Surgical site infections (SSIs) are caused by a variety of bacteria, fungi, and viruses. Common bacteria that can cause SSIs include Staphylococcus aureus, Streptococcus species, Pseudomonas aeruginosa, and Escherichia coli. Fungi may include Candida species, Aspergillus species, and Cryptococcus species. Viruses may include herpes simplex virus, HIV, and hepatitis B and C.
Surgical site infections are typically diagnosed based on physical examination and laboratory tests. Physical examination may include checking the affected area for swelling, redness, or signs of infection such as pus. Laboratory tests may include cultures of the wound or blood to identify the causative organism.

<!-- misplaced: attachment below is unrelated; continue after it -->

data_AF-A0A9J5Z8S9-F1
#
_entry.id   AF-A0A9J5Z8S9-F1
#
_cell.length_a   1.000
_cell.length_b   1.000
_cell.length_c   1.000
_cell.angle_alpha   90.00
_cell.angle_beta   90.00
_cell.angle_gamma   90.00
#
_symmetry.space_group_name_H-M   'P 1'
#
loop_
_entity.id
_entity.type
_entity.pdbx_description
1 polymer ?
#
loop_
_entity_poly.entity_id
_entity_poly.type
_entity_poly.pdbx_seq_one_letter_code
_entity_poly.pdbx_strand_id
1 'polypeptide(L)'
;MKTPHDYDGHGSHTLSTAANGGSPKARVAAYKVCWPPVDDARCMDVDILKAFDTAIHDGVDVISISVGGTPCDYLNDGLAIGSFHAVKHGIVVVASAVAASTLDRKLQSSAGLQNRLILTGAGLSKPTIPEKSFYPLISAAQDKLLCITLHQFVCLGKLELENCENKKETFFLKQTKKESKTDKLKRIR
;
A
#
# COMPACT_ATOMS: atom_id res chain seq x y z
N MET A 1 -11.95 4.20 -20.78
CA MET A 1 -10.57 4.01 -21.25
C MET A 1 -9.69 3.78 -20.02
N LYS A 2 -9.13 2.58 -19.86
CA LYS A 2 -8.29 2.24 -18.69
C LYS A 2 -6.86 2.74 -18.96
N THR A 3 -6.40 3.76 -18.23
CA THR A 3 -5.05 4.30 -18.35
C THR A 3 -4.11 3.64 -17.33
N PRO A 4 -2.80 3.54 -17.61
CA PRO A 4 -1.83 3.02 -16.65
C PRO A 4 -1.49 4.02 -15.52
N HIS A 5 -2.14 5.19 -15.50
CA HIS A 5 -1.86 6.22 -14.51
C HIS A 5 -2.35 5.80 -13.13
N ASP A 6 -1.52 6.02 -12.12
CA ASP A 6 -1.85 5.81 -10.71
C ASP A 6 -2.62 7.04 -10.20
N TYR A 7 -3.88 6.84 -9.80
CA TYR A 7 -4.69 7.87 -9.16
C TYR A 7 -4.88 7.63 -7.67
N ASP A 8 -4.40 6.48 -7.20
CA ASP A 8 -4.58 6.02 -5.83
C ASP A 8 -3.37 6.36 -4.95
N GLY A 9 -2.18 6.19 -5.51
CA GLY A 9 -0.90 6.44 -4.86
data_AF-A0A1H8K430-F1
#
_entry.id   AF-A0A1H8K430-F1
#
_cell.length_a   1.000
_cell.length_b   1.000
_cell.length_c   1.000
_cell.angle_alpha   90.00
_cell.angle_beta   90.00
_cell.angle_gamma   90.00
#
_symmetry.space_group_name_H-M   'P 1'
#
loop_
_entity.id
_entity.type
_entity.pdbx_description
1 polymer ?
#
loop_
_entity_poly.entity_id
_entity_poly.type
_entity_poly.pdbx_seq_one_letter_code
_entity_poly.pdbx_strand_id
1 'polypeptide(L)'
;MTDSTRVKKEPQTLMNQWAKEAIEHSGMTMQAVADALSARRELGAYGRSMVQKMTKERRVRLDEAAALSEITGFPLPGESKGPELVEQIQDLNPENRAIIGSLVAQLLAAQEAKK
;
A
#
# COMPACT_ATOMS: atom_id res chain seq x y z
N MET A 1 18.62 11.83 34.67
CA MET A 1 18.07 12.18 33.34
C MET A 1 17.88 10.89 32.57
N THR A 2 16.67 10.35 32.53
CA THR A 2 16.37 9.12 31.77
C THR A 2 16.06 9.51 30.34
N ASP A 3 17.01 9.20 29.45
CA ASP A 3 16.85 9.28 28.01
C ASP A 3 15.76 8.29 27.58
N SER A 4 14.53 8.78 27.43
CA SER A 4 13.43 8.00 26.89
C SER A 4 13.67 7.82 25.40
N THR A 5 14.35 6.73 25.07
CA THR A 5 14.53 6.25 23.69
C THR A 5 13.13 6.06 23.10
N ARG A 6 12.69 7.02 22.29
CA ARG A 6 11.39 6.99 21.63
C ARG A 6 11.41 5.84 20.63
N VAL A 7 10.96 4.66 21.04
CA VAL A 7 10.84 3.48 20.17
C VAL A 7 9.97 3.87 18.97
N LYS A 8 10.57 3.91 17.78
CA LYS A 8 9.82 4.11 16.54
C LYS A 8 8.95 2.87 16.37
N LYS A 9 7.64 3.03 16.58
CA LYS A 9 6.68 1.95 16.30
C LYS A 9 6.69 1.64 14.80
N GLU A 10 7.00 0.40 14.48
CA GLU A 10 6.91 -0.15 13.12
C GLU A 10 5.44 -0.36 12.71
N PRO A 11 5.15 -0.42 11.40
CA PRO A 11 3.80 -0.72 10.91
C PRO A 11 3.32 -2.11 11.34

Other conditions that may be confused with SSIs include cellulitis, abscesses, and other localized infections.
Treatment for SSIs usually involves antibiotics. The type of antibiotic and the duration of treatment depends on the causative organism. For more severe infections, surgical drainage of the infection may be necessary.
The prognosis for SSIs is generally good with prompt diagnosis and treatment. However, the prognosis can vary depending on the type of organism causing the infection and the severity of the infection.